When Ralph Houk died last week I and just about every other person who wrote something about him made mention of the fact that he was a decorated veteran of World War II. I had no idea just how amazing his war record was, however, having only read a few things here or there making reference to it.
There’s a story in the New York Times today examining his exploits, and man alive, Houk was something else. From his citation when he won the Silver Star:
“Deliberately exposing himself to the withering fire, although the fire
was so intense that his clothes were torn by enemy machine-gun bullets,
he calmly moved from one position to another, directing his men. As
enemy tanks continued to advance, realizing that his guns were
ineffective against them, he secured a tank destroyer from an adjacent
unit, and personally directing its fire, he forced the enemy to withdraw
from the area. Through his gallant leadership, he was directly
responsible for repelling the enemy attack.”
And that’s just some of it. Read the whole thing. It’s not your average war story.
I’ve always been mildly annoyed when athletes use the “going into battle” metaphors, but I can’t imagine what true war heroes like Ralph Houk thought when they heard it.
Former Tigers infielder Casey McGehee has reportedly signed a one-year deal with the Yomiuri Giants of Nippon Professional Baseball, according to FOX Sports’ Ken Rosenthal.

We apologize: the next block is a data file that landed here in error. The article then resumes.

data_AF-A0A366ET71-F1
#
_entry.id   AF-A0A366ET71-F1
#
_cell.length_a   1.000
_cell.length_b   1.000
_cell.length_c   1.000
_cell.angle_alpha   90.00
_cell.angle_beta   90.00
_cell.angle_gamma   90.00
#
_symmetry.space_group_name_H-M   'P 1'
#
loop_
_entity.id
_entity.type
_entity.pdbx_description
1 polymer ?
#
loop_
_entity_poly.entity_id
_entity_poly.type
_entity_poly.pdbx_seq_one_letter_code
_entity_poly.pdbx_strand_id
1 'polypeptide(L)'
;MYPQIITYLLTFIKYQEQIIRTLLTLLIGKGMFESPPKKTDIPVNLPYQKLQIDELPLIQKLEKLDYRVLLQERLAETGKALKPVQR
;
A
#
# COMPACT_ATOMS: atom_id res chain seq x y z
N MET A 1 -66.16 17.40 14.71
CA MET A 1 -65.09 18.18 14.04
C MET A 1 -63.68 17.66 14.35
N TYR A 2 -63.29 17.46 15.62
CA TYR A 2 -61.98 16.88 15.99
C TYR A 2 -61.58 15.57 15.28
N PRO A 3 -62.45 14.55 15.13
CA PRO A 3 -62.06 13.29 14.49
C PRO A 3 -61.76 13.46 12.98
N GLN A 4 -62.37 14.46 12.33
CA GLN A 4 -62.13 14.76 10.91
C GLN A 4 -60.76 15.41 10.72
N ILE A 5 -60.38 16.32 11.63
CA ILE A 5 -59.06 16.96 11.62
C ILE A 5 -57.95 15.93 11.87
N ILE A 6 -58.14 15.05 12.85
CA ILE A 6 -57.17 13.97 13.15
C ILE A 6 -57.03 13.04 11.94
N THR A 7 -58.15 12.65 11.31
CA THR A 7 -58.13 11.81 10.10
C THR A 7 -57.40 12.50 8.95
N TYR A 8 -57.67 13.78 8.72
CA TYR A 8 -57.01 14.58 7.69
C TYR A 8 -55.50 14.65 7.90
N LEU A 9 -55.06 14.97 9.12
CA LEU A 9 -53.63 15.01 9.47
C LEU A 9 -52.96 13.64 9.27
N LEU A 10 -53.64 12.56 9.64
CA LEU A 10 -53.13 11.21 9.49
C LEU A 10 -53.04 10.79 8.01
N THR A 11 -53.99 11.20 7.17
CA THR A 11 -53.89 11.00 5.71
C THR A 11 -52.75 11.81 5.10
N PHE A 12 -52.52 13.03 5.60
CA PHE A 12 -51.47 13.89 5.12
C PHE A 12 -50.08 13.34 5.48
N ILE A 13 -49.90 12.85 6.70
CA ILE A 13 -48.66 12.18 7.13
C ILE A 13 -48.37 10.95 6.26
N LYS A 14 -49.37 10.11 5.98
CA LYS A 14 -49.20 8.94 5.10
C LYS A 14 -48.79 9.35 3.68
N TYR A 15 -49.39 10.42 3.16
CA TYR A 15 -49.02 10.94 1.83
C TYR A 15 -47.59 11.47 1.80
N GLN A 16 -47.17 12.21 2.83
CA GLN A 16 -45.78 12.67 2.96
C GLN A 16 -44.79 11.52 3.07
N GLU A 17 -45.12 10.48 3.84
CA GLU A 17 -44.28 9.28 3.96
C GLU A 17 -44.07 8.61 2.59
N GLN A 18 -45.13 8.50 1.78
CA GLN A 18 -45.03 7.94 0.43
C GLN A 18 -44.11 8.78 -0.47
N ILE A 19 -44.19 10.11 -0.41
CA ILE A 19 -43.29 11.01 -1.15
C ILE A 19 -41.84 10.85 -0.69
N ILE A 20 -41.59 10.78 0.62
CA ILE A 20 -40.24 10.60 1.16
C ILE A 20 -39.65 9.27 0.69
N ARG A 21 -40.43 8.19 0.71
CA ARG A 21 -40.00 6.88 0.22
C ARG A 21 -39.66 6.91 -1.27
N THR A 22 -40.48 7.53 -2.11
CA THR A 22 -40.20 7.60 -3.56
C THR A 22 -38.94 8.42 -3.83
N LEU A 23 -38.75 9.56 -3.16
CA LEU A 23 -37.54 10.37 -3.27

It’s the fourth move the corner infielder has made in the last two seasons after seeing short-term stints with the Marlins, Giants and Tigers. He signed a minor league deal with the Tigers prior to the 2016 season, providing the club with some infield depth behind 24-year-old Nick Castellanos. When Castellanos hit the disabled list in August with a broken hand, McGehee was recalled from Triple-A Toledo for a 30-game stint and slashed .228/.260/.239 with one extra-base hit in 96 PA. His career batting line (.258/.317/.384 over eight seasons) isn’t too shabby, but his age and a long history of knee injuries puts a damper on his potential.
McGehee last appeared in the NPB circuit in 2013, when he signed a one-year, $1.5 million deal with the Tohoku Rakuten Golden Eagles. He spent the bulk of his season at the hot corner, batting an impressive .292/.396/.515 with 28 homers in 590 PA and appearing in the Eagles’ first and only championship run to date.
The deal comes with a club option for 2018, Rosenthal reports, though no figure has been specified.
Free agent left-hander Rich Hill is rumored to be entertaining a three-year, $40+ million offer from the Dodgers, reports Peter Gammons. The Boston Globe’s Nick Cafardo corroborated the report, adding that Hill could receive somewhere between $46 and $48 million from his former team.
Hill, 36, pitched to a 2.12 ERA and 3.91 FIP in back-to-back stints with the Athletics and Dodgers in 2016. While a chronic case of blisters on his pitching hand limited the frequency of his starts, he still figures to be one of the most productive and noteworthy starting pitchers on the market this winter.
The Orioles, Yankees, Red Sox, Rangers and Astros have all been mentioned as potential suitors for the left-hander’s services, though Orioles’ GM Dan Duquette said the club has yet to make a play for Hill and ESPN’s Jim Bowden pointed out that the Red Sox are less involved in trade talks than other interested parties.